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finvarra, Thank you very much for joining the Intel® NUC communities.
It is hard to tell for sure if the AudioQuest DragonFly will be compatible with the NUC, according to the specifications of it, it works with USB 2.0, the NUC has USB 2.0 and 3.0 ports, so it should work:
This is the NUC TPS (Technical Product Specification):
This is the list of tested peripherals for the NUC, where you can see some audio devices listed:
Another option that you can try will be to connect the M-Audio AV 40 powered speaker directly to the NUC, that might fix the problem with the sound.
Any further questions, please let me know.
Having used a number of USB-based audio solutions with virtually all of the NUC models (though none of such quality or cost!), I can think of no reason why this particular unit wouldn't work. But let's review the alternatives and issues beforehand, if for no other reason than to educate others who are reading this discussion...
Here are the other possible choices and some notes regarding their applicability:
- Use a HDMI to HDMI+Audio accessory (i.e. an audio extractor; one of higher quality than that built into your monitor - which, in most cases, doesn't take much (I was not surprised by your original results)).
- Use the built-in (RealTek) CODEC and its front panel output (yea, I know, it should be on the back). From a quality standpoint, since this CODEC is provided to support things like headsets, I rather doubt it will have the quality that you are looking for - especially as it's an (amplified) output signal rather than a (pre-amplified only) line output signal.
- Use a USB-based audio solution. These range from the cheapest (I paid US$6 for some on Amazon - and was, in some cases, surprised by how well they worked (relatively speaking)) to the levels of the one that you suggested - and even beyond. You get what you pay for. I cannot say whether there are any that are better thatn this one; I simply haven't played with equipment in the audiophile range (I am sometimes too cheap for my own good).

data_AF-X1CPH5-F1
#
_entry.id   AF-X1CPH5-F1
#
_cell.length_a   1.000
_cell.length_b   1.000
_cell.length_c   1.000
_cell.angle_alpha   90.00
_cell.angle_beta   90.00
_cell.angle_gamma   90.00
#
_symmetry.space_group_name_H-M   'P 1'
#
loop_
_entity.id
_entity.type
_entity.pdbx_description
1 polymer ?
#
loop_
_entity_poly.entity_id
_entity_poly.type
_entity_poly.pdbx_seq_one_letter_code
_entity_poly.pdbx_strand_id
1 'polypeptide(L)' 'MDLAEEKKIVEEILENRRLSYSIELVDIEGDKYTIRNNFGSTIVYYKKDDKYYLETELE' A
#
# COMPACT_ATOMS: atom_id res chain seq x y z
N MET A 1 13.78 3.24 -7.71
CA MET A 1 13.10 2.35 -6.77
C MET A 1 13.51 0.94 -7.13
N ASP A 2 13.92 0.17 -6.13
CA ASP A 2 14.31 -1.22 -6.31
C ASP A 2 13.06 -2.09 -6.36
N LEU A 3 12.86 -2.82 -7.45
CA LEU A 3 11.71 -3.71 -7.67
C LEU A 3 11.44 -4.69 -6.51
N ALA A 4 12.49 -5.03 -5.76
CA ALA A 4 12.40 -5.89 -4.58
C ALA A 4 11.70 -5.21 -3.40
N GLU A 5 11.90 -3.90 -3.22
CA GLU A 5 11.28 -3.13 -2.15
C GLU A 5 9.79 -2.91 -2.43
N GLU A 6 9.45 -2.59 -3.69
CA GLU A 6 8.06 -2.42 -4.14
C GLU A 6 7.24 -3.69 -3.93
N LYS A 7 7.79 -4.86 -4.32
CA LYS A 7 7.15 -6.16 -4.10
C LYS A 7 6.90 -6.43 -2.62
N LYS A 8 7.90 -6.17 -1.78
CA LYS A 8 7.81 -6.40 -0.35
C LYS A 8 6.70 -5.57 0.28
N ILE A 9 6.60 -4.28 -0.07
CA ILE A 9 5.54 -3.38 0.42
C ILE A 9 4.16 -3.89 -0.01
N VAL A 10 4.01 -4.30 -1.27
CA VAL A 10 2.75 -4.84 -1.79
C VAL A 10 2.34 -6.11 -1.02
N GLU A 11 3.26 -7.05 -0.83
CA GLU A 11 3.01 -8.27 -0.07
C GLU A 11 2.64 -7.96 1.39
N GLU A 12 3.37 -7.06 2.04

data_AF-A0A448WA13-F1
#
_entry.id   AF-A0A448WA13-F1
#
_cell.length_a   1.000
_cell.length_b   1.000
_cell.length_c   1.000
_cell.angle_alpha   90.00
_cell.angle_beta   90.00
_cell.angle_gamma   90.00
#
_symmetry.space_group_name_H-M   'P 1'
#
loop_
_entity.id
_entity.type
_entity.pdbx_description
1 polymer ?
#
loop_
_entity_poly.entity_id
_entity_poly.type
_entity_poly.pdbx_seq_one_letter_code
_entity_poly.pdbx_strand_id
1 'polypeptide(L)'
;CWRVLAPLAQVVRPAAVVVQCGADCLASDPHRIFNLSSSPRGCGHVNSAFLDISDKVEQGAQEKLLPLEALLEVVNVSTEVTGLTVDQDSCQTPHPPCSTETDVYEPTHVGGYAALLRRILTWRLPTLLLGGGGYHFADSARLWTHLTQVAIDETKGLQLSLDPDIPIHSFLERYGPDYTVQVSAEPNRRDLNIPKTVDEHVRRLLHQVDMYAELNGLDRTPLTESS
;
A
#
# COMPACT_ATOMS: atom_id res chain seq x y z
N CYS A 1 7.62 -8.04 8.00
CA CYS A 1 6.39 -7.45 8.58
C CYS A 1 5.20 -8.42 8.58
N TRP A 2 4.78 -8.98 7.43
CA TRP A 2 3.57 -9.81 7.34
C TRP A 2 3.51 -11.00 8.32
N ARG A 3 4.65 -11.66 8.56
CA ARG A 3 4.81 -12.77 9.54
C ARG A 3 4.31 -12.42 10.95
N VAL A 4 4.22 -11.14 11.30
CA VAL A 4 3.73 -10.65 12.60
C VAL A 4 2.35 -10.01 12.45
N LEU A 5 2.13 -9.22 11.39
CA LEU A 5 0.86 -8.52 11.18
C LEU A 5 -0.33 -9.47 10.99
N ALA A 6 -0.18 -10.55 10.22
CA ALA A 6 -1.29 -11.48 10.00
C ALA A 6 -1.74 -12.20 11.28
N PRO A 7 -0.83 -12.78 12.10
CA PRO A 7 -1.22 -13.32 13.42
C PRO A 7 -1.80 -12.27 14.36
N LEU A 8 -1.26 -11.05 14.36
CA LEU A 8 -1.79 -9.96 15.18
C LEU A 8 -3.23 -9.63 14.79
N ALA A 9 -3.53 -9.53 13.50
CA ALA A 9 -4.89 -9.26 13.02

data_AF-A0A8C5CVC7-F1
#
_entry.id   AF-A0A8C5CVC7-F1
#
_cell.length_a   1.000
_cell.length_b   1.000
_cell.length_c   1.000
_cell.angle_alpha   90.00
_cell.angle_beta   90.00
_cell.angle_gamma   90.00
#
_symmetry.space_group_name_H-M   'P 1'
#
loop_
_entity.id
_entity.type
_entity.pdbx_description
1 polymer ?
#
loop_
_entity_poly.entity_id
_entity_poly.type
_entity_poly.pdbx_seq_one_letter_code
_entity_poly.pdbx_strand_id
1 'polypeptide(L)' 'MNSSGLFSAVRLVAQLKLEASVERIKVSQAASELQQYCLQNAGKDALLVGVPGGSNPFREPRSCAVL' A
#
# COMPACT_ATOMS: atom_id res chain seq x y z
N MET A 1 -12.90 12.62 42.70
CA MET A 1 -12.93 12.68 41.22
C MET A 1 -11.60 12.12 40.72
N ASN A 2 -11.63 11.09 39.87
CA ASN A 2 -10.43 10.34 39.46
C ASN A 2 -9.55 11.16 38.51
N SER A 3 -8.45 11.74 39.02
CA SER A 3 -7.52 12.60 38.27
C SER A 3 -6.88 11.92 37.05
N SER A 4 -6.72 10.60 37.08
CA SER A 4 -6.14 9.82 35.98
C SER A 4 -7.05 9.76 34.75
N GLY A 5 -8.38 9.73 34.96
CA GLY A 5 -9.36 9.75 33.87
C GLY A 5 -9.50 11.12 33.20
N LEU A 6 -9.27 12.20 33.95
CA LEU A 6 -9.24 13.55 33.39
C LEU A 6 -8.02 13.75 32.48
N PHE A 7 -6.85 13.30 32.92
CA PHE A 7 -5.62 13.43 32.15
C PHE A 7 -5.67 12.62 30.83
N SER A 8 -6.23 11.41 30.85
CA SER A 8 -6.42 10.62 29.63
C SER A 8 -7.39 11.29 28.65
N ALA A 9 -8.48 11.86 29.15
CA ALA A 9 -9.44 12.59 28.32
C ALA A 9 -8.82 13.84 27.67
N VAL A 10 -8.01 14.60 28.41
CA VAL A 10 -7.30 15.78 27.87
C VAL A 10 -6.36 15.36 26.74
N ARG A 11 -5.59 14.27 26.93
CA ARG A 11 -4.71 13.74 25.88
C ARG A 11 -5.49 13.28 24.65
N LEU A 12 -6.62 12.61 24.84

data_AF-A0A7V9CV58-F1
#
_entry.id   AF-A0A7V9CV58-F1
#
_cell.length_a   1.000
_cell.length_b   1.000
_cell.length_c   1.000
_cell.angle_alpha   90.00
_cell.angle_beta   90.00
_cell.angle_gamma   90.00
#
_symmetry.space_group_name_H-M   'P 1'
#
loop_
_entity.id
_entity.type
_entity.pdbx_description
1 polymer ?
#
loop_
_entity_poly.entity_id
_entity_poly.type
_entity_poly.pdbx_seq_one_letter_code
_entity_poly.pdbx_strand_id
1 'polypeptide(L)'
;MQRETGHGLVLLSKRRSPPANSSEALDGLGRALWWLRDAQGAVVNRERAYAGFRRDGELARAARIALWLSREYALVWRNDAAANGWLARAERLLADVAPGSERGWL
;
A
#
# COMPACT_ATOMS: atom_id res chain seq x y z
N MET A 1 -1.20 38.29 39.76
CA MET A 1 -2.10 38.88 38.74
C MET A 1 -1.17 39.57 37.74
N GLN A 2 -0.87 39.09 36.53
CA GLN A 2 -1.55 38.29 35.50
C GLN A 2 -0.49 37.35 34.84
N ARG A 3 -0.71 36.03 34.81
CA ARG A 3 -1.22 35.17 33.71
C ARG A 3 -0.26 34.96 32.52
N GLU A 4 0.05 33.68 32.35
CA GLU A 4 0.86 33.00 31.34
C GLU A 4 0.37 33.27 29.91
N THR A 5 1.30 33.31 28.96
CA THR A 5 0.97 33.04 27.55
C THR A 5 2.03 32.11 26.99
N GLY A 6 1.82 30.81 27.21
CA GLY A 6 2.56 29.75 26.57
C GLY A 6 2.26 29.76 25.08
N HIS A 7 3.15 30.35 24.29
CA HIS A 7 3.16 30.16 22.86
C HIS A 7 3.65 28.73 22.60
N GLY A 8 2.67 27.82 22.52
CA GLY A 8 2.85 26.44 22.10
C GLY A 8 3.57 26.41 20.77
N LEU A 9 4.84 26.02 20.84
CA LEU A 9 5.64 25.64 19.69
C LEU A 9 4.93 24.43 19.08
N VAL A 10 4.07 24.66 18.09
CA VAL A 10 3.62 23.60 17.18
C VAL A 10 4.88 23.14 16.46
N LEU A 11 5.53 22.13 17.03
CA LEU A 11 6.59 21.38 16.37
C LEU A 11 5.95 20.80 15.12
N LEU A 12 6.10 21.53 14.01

Ok, all this said, if you do go with a USB-based solution like this, I have a couple of suggestions:
- Connect the adapter directly to one of the NUC's USB ports. That is, do not put it behind any additional hubs.
- Purchase a good-quality, well-shielded USB extension cable, so that the adaptor is some distance away and (to the extent possible) outside of the NUC's field of influence (EMI, RFI, etc.).
Hope this helps,
Thanks Alberto & Scott for your detailed responses. I've decided to bust open my piggy bank and go with the AudioQuest Red (and upgrade the speakers at some point)... but Scott, I'm a bit confused by your #2 suggestion for the USB-based solution. If I connect the adapter directly to the NUC's USB port, how can the adapter be "some distance away?" Are you talking about the distance between the speakers and the NUC? Or is there something else I'm missing? Please explain, if you would.
I am saying to use a USB extension cable so the AudioQuest Red is some distance (i.e. the length of the extension cable) away from the NUC. This will eliminate some kinds of interference. Usually, a 3 foot (1 meter) extension cable is sufficient.
Saying it a (hopefully) simpler way, plug the AudioQuest Red into the USB extension cable and then plug the USB extension cable into a USB port on the NUC.